Thursday morning in Denver, Jim Thomas of the St. Louis Post-Dispatch spoke with Blues forward Oskar Sundqvist. He told the twenty-four-year-old Swede about Tom Wilson‘s recent interview, where he said he wants to “make amends” for the illegal hit to the head that concussed Sundqvist in the preseason.
Sundqvist would be open to an apology. “If a guy reaches out to you, you think a little bit higher of him,” Sundqvist told Thomas. “Maybe he’ll say it wasn’t meant to hit the head and stuff like that, you can talk it out a little bit.”
Before Sundqvist was back in the lineup in October, he told Thomas that he thought Wilson’s hit was definitely to the head, not the shoulder. In his view, it was an avoidable hit, and he hoped Wilson had learned his lesson.
Speaking to Isabelle Khurshudyan of the Washington Post, Wilson said the reason he hasn’t reached out yet was because of his suspension and complicated appeal process.
Some have brought this up and it didn’t make it into the story … asked Wilson if he’s reached out to Sundqvist. Was hard to do during appeals process, when emails and everything else were being scrutinized. He said he wants to “make amends” at some point. Couple Caps know him.
— Isabelle Khurshudyan (@ikhurshudyan) November 29, 2018
The Capitals have many connections with the Blues, since TJ Oshie, and more recently Dmitrij Jaskin, started their NHL careers in St. Louis.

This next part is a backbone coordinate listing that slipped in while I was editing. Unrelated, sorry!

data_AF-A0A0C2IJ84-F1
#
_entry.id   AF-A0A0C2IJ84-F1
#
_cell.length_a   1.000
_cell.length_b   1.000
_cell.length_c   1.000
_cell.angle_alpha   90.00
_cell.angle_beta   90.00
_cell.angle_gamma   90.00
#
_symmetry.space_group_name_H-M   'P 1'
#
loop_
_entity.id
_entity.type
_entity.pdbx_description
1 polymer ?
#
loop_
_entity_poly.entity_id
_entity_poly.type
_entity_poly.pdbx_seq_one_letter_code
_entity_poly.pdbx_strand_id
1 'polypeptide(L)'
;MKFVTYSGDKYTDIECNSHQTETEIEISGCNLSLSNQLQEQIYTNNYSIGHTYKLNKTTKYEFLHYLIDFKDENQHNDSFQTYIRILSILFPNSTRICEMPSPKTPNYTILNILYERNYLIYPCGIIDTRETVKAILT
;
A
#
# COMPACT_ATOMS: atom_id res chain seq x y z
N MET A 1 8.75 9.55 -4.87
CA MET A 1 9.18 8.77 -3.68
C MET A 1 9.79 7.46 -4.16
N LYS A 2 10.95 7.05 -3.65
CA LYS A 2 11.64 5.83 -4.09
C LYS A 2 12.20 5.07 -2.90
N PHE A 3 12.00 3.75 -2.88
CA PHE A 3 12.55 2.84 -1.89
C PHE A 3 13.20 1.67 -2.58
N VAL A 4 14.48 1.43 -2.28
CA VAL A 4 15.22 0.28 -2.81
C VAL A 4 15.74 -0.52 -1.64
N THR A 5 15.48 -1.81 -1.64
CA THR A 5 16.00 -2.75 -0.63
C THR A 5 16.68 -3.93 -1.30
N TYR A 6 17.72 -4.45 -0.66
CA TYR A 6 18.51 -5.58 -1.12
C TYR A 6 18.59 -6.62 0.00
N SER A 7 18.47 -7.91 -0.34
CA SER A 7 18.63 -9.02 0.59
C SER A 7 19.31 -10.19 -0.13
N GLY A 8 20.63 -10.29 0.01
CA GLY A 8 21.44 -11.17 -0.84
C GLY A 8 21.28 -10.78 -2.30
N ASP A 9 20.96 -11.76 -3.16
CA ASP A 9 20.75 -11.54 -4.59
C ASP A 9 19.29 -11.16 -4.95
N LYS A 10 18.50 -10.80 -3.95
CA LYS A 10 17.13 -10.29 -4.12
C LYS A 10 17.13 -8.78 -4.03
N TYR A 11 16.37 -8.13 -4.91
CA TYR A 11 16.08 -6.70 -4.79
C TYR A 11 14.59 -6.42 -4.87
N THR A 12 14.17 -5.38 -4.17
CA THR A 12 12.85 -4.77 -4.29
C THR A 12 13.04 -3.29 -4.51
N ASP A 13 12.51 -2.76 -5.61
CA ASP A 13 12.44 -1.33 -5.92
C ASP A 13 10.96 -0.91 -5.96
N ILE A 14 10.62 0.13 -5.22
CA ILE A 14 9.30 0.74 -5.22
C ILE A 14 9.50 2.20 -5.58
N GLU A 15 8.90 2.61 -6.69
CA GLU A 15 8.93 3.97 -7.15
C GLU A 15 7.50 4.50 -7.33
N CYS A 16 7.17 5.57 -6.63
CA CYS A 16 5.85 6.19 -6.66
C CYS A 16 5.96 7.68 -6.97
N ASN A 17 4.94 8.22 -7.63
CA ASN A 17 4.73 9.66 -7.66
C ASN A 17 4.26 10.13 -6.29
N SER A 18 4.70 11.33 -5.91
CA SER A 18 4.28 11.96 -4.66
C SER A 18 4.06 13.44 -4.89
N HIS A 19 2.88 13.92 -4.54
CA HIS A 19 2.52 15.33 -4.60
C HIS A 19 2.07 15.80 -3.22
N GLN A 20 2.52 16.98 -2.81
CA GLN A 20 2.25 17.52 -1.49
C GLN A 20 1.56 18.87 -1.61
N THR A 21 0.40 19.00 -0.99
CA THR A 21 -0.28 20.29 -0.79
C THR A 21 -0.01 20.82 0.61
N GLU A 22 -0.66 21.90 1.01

Wilson also talked about the fact that, while he doesn’t care what the media believes about him, his teammates and other players matter. “But all that I’d have people know is that I have a ton of respect for the players that I play against, and I have a ton of respect for the players I play with,” Wilson said. “And when anyone gets hurt on the ice, you always hope that they’re okay.”
Sundqvist, after missing the first eight games of the season, is doing pretty good on the Blues. He has three goals and one assist in 15 games on the fourth line. He still thinks it would be nice if Wilson apologized.
“If you want to reach out to me, great,” Sundqvist told Thomas. “Even if it’s really light, I don’t care. I’d still think a little bit higher of him if he does that. It shows that he can be the bigger man to actually reach out and talk. It would be nice if he did that.”
Wilson has said that he occasionally has to turn his phone off to avoid the negativity and threats that have been levelled at him and his family. He’ll have to pick it up if he wants to reach out.
“My phone works,” Sundqvist told Jim Thomas.
Headline photo: Jim McIsaac
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